6. Call attention to others' mistakes indirectly. And if you have to make corrections, make them after a compliment. 

Look for alternative ways to "say without saying." The resentment generated by an inconsiderate correction can last a long time, even if it was generated with the intention of changing a situation that required it. Above all, always allow the other person to save face. Never fall into the temptation of putting yourself above another person. Do not hurt their pride. Do not attack him. No one likes to be ordered around; make suggestions instead. And if you have to be more direct, first praise the good in the other party and then get to the point: why does the barber lather the face before passing the razor? And always try to make mistakes look easy to correct. Don't magnify them to make yourself seem important.

7. If you make a mistake, admit it quickly and forcefully. 

Promptness in admitting mistakes defuses the urge to fight. Once the mistake is admitted, the issue is settled. Expressions such as "I'm sorry," "I was wrong," or "excuse me" have a great calming effect on the person we are addressing. However, we often commit two imprudences: the first is to deny the mistake; the second is to try to justify it. And both attitudes provoke confrontation and activate the desire to "settle accounts" and "set things right" on the part of the other person.

8. Praise the smallest progress and every progress. Be warm in your approval and generous in your praise. 

Make the other person feel important, and do it sincerely. Respect and praise his qualities; and if it is for something concrete, so much the better. That will make you feel good and earn you points with other people by increasing your own perception of your credibility and reputation. Food is food for the body; praise is food for the spirit. But first and foremost, let the praise be genuine. The difference between price and flattery is that the former is sincere and the latter is not; appreciation comes from the heart, and flattery from the mouth. Flattery is cheap praise. Appreciation is so easy to perform that there is no excuse for not doing it. It is often avoided because there is a feeling that to do so is to place the other person above us, which could give us the impression that we are placing ourselves in a position of inferiority.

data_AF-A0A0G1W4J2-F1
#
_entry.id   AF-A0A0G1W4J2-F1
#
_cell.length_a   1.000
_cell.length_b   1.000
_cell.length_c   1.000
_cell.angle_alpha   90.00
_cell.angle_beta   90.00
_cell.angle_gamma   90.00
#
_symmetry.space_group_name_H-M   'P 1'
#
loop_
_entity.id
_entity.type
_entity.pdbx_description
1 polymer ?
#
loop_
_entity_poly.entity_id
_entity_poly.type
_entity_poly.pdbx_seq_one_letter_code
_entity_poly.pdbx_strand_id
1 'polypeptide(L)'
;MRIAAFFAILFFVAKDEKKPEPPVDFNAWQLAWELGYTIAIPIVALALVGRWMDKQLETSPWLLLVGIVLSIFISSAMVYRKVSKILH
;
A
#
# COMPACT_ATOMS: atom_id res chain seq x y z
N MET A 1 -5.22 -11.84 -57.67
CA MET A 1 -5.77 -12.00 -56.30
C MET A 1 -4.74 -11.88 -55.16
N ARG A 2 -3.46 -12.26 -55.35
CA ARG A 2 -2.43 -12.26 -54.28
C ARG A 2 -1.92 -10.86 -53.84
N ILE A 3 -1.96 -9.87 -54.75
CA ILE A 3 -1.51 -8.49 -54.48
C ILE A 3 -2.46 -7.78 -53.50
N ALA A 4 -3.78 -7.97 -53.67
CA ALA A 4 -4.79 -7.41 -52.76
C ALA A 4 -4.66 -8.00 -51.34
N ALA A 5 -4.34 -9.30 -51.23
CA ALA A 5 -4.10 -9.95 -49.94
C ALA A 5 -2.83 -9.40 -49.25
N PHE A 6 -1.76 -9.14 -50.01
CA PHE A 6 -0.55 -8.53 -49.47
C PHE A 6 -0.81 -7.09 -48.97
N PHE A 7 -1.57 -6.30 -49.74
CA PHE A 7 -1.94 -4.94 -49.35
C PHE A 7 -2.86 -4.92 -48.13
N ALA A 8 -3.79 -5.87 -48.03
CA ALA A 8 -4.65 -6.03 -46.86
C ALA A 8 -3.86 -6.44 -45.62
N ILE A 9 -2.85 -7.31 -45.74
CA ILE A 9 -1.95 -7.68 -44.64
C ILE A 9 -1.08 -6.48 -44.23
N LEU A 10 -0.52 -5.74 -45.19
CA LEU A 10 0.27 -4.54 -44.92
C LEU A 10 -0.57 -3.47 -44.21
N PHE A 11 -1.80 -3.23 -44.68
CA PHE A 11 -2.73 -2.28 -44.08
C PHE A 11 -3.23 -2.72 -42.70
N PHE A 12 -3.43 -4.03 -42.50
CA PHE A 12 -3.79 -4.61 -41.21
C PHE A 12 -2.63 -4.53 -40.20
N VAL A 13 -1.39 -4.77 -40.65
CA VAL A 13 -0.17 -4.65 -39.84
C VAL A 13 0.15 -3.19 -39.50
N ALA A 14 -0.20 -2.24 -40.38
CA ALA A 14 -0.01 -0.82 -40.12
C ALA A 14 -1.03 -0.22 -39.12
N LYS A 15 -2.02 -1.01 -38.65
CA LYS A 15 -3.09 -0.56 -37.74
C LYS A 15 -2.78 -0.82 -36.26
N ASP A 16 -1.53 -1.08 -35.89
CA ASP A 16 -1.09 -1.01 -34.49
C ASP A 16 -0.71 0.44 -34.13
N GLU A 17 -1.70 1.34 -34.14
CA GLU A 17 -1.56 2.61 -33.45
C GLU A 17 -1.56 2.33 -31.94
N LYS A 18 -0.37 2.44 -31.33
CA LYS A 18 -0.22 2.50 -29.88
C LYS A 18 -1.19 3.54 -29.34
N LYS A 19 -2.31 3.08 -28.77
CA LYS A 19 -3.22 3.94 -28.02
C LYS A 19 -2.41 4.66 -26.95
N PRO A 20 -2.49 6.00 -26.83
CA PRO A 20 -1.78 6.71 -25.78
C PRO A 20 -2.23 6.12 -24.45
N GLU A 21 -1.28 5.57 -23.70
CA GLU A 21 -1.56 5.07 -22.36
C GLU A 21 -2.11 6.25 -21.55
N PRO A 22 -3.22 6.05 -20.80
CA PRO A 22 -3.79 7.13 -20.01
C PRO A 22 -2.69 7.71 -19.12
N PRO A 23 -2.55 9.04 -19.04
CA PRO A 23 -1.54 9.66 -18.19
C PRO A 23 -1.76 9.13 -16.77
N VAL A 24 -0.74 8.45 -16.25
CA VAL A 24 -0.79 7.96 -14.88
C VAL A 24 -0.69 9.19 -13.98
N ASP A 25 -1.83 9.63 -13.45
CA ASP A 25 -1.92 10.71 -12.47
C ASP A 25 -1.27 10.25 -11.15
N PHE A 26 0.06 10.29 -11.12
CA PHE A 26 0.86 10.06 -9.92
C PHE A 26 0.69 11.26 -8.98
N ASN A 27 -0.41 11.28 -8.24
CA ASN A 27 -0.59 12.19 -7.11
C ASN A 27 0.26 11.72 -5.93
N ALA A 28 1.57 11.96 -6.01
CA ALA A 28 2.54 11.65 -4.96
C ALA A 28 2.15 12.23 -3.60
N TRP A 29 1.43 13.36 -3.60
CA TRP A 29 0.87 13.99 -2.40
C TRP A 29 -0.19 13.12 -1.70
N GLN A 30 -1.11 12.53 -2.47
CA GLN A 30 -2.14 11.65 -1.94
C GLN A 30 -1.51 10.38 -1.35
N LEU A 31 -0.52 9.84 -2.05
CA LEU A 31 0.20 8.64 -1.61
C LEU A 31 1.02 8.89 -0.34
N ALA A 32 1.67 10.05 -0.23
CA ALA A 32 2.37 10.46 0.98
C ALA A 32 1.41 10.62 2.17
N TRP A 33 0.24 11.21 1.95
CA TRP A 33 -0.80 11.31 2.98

9. If there is a secret to success in personal relationships, it lies in the ability to appreciate the other person's point of view and to see things from that point of view. 

Always try to put yourself in the other person's shoes. It's called empathy. Instead of badmouthing people, try to understand them. You have to make the effort to find out why they do what they do and say what they say. That is much more helpful than criticism, and from that comes tolerance and understanding. Instead of trying to reproach something or someone, try to find out what causes the other person's opinions and behavior.

10. There is nothing more flattering to another person than to know how to listen to him or her with exclusive attention where silence is active. 

The deepest longing of the human being is to feel loved, important, recognized. And knowing how to listen with attention fulfills that function. If you are a good listener, you have much to gain in the world of personal relationships. All cordial people, who are well-liked, have made listening an art. The best conversationalist is always the best listener. Carnegie says, "Showing a genuine interest in others by listening carefully to them will not only bring you friends but can also create company loyalty on the part of customers."